Persistant or severe ocular rosacea

Avoid touching tip of bottle to eyelids to keep sterile

Oral Options [1,2,4]:

Medication (Brand Name) Category

Formulation + Typical Dosing

Helps With

How it Works



(Apprilon, Oracea)


40mg once daily x 12 weeks

Inflammatory papules/pustules

Ocular rosacea

Used at a low, sub-antimicrobial dose for anti-inflammatory benefits and less risk of antibiotic resistance than higher dose; reassess after 3 months

Can use with topicals if response inadequate, or moderate-severe rosacea.

Recurrence may occur after stopping

Best absorbed on empty stomach

Do not use if pregnant

Isotretinoin (Accutane, Clarus, Epuris)


Weight-based dosing

Once daily x4-5 months

​Inflammatory papules/pustules

Usually only for refractory or severe cases unresponsive to antibiotics

Low dose used in treatment-resistant papules and pustules

Teratogenic! Do not use if chance of pregnancy - requires at least 2 types of contraception while on this.

Many side effects

Other Rx Options

Other medication options that have been used “off-label” with varying levels of evidence include calcineurin inhibitors (tacrolimus, pimecrolimus), clindamycin, benzoyl peroxide/clindamycin, permethrin, and retinoids (adapalene, tretinoin)[3]. When drugs are approved by the FDA or Health Canada, they are approved for treating certain conditions. Off-label means the drug has been approved for treating a certain condition, but is being used for another condition it was not approved to treat[3]. Using medication off-label generally occurs when the prescriber has deemed it medically appropriate for the patient, based on other factors (eg other options have failed).

Pregnancy and Rosacea

Some rosacea treatments should not be used in pregnancy and are even teratogenic, so if you are planning to conceive, please take note of the following and discuss with your physician:

  1. STOP any oral retinoids (eg isotretinoin) at LEAST 1 MONTH prior to becoming pregnant; you must avoid getting pregnant for 1 month before starting therapy and 1 month after finishing therapy[1]. This is because isotretinoin is teratogenic (causes birth defects)[1].

  2. STOP any tetracyclines (eg doxycycline) at LEAST 1 WEEK before attempting to conceive[1]. This class of medications is contraindicated in pregnancy, and can temporarily inhibit fetal bone development[1]. If exposure occurs in the 2nd or 3rd trimester, dental staining, enamel hypoplasia (weakened or no teeth enamel) in the baby, or liver toxicity in the mother can occur[1].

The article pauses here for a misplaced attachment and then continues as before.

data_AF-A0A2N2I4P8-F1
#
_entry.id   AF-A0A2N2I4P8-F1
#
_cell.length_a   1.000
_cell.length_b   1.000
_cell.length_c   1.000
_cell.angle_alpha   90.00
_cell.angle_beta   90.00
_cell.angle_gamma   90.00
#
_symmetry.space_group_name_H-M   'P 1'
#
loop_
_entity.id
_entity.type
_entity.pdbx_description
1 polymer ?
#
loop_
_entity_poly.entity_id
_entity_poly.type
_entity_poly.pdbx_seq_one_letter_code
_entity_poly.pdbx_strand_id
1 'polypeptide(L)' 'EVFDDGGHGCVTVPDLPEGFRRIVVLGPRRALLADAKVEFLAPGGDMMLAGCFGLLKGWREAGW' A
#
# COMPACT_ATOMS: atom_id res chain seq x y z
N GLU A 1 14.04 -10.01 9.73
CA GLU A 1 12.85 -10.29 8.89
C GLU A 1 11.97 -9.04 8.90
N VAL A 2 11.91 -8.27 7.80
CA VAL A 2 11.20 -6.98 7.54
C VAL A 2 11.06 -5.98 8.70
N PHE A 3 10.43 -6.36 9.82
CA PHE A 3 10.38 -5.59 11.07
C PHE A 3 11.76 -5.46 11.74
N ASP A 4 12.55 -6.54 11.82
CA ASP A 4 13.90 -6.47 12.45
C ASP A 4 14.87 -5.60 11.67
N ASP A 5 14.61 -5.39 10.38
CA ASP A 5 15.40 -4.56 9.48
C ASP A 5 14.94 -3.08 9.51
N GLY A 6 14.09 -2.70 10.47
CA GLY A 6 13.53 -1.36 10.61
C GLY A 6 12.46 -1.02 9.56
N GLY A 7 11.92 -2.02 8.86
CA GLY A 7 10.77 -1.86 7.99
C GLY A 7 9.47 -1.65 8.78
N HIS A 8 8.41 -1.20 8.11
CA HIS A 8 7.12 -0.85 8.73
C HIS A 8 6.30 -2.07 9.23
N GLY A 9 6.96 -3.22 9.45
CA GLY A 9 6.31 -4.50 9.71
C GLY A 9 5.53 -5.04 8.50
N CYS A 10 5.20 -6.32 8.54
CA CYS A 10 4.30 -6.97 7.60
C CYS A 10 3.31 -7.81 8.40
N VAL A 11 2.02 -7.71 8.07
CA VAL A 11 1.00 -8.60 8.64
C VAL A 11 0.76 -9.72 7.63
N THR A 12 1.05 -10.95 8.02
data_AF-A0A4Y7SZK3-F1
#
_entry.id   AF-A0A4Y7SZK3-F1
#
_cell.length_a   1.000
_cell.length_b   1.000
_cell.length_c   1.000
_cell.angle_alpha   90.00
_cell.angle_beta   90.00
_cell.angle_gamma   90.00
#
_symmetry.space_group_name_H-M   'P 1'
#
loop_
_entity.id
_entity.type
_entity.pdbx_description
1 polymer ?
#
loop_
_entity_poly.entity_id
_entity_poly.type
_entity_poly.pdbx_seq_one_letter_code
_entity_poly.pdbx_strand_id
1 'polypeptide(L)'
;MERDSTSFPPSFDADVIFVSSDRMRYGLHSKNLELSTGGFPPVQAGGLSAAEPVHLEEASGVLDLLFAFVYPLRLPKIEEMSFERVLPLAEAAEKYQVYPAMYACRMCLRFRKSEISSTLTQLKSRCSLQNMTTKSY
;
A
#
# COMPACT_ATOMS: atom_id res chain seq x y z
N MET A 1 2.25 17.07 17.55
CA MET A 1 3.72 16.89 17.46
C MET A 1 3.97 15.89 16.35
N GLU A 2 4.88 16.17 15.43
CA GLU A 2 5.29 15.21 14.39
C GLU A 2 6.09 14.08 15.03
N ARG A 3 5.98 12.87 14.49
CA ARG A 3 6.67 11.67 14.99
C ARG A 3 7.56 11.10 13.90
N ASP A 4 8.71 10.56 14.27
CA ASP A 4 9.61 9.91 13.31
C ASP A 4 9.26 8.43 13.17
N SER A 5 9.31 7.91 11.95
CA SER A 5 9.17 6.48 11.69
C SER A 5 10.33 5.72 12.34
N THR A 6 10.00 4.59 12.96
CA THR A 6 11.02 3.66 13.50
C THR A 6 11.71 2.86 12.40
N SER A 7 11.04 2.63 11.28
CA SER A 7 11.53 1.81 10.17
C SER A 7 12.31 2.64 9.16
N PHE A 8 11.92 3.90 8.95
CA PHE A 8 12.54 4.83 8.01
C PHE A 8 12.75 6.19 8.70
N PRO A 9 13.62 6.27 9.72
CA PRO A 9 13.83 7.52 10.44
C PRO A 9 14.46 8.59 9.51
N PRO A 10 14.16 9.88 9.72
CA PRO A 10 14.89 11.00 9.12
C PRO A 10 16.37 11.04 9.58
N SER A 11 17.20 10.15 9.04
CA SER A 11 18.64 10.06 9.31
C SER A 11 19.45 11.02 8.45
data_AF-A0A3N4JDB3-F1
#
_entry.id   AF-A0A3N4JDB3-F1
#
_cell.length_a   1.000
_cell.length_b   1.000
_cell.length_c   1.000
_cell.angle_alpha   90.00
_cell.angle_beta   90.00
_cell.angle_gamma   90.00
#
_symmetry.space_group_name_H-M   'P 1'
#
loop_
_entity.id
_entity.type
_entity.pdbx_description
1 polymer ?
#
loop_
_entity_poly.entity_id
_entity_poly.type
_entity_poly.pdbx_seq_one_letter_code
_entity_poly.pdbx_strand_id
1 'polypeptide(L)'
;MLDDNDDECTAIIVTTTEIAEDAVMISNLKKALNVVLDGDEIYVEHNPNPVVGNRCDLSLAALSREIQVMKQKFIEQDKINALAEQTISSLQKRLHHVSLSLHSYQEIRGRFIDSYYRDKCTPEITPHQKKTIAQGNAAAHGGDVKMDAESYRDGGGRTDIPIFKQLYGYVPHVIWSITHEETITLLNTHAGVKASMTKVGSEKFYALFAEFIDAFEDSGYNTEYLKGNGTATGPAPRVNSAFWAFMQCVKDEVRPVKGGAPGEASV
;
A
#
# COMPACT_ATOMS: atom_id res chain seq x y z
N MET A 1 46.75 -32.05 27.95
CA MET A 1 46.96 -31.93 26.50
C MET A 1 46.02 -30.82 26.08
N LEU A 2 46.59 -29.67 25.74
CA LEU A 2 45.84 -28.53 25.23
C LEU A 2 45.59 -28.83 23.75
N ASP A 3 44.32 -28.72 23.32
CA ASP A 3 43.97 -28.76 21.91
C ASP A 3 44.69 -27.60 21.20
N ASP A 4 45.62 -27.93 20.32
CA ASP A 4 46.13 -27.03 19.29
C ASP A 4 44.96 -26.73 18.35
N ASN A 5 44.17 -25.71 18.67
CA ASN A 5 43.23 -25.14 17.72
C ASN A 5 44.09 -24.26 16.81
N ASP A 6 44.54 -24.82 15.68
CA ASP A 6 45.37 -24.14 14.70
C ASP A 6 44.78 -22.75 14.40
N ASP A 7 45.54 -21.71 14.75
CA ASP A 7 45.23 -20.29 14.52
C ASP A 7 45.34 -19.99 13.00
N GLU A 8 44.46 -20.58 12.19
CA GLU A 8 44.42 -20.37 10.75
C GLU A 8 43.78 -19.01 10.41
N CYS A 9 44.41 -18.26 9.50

During pregnancy, topical treatments are preferred[1]. Azelaic acid has minimal absorption and is deemed safe; metronidazole absorption when used topically is also minimal and generally considered safe[1]. Similarly, azelaic acid and metronidazole both have low transfer to breast milk and are considered safe during breastfeeding[1]. Make sure to discuss your options with your physician and pharmacist!


Whew! There we go, rosacea in a nutshell. In summary, for inflammatory lesions and redness, a topical metronidzole or azelaic acid are generally used[4]. For general redness, topical brimonidine may be helpful[4]. Papulopustular rosacea may benefit from oral low-dose doxycycline, and phymatous rosacea is usually addressed with laser or light-based therapies[4]. Ocular rosacea may be helped with topical (cyclosporine) treatment or oral antibiotics[4]. If you stick with your physician’s treatment plan, your symptoms should start to improve in a few weeks!


  1. Rivers, J.K. Rosacea. Canadian Pharmacists Association. Updated March 25, 2021. Retrieved 19April2021 from eCPS.

  2. Canadian Dermatology Association. Rosacea. 2021. Retrieved 20April2021 from

  3. UpToDate. Rosacea (Patient Education - Disease and Procedure). Updated March 3, 2021. Retrieved 19April2021 from Lexicomp online.

  4. Oge, L.K, Muncie, H.L and Phillips-Savoy, A.R. Rosacea: Diagnosis and treatment. Am Fam Physician. 2015 Aug 1;92(3):187-196. Retrieved 20April2021 from

DISCLAIMER: The contents of this blog are for educational purposes and are not intended as medical advice. I enjoy researching but the information is general and not comprehensive. Please seek the advice of your healthcare provider (pharmacist/physician etc) with any questions you may have regarding your personal health. Never disregard professional medical advice or delay in seeking it because of something you have read online. Any mention of specific products or personal recommendations are my opinion and not to be taken as medical advice.


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Hi, I’m Pharmacist Chelsea! I have a clinical Doctor of Pharmacy degree and have been practicing as a Pharmacist in Canada since 2018.